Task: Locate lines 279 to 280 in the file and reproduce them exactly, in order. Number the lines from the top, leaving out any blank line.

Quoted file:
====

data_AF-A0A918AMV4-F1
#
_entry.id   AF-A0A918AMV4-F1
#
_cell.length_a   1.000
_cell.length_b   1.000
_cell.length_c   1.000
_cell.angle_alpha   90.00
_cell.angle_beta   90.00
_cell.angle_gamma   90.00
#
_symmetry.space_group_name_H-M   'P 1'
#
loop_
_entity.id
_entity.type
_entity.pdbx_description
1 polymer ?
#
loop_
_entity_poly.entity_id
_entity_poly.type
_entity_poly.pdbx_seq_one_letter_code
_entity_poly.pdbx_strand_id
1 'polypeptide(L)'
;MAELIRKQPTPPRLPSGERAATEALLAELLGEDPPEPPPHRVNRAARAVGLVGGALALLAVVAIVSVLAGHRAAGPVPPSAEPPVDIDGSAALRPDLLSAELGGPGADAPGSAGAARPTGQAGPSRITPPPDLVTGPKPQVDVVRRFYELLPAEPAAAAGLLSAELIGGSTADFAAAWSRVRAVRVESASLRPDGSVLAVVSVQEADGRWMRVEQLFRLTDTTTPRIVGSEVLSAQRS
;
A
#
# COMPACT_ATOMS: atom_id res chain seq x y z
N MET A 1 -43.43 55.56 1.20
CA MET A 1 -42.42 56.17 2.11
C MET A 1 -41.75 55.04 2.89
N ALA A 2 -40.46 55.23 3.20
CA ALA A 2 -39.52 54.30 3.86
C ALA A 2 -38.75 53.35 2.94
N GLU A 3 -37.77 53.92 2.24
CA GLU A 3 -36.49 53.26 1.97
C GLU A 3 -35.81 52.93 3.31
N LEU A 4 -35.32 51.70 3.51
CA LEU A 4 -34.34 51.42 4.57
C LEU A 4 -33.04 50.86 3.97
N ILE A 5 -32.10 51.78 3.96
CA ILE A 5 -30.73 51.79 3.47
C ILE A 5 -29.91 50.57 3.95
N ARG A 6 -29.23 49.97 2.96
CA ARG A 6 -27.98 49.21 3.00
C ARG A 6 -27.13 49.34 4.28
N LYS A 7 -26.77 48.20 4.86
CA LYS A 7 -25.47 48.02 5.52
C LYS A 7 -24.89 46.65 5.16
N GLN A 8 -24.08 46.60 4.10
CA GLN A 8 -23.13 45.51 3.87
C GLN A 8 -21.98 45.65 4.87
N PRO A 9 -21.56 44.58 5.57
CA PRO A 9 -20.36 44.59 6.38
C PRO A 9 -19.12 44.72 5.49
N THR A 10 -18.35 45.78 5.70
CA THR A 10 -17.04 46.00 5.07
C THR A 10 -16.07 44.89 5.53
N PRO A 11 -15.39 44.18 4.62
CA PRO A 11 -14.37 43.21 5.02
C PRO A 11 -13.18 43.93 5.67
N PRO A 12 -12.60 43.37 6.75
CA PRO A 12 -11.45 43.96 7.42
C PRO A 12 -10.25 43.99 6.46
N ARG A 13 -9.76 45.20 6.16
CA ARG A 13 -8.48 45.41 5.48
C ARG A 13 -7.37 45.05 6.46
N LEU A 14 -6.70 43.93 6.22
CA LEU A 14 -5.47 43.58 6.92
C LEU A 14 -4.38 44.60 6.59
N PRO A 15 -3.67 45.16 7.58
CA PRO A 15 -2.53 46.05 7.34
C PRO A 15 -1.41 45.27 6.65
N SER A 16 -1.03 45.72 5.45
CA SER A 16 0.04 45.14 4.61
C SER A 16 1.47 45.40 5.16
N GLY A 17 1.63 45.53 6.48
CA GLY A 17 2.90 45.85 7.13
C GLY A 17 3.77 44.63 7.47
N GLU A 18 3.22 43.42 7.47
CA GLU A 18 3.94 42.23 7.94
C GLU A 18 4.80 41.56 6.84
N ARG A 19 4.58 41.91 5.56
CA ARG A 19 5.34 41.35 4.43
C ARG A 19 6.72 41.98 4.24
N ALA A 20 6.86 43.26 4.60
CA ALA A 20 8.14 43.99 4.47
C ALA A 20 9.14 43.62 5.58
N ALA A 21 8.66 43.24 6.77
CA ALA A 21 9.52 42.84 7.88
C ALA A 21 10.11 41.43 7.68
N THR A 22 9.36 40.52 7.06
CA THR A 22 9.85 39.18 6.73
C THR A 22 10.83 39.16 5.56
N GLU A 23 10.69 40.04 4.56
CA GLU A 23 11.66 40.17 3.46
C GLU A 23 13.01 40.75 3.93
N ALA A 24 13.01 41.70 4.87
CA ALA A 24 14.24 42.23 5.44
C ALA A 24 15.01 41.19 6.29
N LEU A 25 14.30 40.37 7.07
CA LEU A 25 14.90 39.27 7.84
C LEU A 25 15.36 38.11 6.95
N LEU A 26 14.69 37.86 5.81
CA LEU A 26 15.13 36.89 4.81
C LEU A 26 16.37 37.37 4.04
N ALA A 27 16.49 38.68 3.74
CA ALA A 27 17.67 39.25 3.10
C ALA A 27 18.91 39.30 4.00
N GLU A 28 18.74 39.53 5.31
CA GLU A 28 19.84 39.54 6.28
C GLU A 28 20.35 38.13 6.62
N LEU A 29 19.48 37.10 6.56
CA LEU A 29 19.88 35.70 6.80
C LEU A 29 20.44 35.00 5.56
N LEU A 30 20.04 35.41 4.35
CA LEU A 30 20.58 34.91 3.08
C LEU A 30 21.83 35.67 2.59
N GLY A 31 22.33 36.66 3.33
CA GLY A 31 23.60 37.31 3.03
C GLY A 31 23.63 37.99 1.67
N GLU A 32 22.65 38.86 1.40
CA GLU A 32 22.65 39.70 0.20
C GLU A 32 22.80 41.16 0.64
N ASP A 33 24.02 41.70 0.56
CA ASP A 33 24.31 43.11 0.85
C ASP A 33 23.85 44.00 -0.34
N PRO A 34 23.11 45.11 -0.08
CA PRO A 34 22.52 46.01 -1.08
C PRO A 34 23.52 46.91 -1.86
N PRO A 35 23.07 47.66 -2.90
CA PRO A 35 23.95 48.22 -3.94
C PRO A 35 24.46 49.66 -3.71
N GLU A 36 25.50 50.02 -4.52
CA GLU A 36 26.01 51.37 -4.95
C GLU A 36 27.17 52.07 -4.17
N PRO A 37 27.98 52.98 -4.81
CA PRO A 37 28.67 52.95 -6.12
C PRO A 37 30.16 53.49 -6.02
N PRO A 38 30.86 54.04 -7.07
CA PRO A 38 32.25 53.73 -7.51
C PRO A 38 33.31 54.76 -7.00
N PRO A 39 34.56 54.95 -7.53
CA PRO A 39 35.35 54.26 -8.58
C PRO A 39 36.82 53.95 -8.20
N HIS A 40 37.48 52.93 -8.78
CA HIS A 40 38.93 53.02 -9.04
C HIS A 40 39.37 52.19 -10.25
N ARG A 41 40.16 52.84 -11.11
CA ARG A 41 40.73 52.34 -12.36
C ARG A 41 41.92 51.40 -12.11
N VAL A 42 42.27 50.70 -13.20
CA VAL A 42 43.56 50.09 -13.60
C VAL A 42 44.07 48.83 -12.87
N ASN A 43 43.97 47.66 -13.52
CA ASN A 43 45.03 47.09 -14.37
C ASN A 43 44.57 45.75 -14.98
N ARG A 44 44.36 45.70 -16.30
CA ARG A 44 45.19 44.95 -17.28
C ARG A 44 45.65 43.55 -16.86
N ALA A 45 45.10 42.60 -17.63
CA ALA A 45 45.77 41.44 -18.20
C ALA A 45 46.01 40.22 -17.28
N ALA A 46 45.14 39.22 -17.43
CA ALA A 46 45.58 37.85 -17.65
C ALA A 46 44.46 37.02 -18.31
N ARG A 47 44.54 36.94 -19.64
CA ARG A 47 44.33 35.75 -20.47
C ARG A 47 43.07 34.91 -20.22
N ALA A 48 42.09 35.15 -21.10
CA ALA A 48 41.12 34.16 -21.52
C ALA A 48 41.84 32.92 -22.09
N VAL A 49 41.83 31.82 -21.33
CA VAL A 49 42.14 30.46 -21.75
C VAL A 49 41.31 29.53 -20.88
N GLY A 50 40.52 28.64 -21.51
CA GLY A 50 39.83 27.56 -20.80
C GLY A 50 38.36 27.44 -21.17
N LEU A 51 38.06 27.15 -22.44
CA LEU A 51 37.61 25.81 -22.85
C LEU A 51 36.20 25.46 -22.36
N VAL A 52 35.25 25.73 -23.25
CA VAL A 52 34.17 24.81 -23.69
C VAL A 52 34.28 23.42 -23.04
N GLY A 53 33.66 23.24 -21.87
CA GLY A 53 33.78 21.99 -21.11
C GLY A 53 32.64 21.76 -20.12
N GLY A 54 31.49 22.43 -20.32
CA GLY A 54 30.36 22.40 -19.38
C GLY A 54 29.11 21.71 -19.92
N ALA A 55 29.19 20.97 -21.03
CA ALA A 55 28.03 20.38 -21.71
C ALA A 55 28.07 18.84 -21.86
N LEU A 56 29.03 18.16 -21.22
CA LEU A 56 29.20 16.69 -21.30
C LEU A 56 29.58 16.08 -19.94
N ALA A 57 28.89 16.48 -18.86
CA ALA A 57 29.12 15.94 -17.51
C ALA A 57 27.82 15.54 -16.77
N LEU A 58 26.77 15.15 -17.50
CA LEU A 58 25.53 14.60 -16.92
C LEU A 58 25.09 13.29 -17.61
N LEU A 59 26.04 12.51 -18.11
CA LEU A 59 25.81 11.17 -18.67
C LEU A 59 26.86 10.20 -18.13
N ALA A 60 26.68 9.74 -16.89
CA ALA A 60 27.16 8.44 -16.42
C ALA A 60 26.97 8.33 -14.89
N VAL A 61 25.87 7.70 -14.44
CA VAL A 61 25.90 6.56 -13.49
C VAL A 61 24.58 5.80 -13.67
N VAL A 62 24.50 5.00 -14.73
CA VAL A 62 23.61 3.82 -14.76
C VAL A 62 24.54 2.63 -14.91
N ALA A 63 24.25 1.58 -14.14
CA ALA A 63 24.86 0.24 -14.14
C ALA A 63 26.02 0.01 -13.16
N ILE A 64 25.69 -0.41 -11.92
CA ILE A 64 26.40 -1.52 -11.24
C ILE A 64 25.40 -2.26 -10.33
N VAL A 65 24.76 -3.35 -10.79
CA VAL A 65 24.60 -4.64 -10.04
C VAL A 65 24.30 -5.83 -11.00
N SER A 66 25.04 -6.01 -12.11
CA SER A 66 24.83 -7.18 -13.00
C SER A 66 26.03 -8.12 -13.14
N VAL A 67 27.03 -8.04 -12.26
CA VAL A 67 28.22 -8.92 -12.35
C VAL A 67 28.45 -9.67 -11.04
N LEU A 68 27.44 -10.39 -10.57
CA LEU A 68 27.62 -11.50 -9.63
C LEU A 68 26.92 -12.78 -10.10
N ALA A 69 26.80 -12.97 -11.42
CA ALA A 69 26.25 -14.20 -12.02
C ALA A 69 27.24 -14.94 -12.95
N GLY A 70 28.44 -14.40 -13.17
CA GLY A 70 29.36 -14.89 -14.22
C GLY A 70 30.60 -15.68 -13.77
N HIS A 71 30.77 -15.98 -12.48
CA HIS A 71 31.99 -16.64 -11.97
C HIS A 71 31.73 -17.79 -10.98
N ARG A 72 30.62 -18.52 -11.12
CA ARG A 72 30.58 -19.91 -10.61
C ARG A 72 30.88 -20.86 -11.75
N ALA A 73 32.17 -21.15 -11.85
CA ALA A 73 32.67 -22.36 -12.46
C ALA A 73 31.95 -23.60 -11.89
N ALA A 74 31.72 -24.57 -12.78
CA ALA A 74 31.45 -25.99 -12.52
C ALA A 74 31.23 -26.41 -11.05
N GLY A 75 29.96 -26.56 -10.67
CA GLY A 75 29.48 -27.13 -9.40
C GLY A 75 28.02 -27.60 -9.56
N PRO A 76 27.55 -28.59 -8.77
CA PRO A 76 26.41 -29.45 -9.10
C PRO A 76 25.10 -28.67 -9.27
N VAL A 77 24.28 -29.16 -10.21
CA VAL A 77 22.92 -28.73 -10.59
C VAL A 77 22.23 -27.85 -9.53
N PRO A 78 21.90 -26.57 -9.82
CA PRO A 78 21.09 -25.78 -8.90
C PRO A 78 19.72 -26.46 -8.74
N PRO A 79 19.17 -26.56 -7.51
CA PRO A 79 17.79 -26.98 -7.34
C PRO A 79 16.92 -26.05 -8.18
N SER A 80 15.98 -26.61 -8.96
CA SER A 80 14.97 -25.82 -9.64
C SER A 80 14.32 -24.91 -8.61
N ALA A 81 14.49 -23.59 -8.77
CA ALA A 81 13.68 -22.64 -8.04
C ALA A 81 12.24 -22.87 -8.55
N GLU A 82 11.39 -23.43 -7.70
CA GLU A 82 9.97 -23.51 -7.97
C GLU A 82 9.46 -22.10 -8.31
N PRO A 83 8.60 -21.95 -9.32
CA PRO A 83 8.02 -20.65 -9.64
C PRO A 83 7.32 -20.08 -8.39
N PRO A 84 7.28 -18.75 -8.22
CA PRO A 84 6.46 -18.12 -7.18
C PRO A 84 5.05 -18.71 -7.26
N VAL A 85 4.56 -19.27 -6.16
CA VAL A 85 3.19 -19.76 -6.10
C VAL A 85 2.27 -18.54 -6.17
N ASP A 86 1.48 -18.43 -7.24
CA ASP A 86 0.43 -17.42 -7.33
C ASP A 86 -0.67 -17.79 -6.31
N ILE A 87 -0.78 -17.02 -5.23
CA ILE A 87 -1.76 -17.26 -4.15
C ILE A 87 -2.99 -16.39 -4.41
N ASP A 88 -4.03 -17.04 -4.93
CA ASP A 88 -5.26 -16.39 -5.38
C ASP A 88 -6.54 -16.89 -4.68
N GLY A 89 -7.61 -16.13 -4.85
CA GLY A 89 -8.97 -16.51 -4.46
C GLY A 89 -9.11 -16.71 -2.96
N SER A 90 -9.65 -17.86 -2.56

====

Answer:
C PRO A 83 7.32 -20.08 -8.39
N PRO A 84 7.28 -18.75 -8.22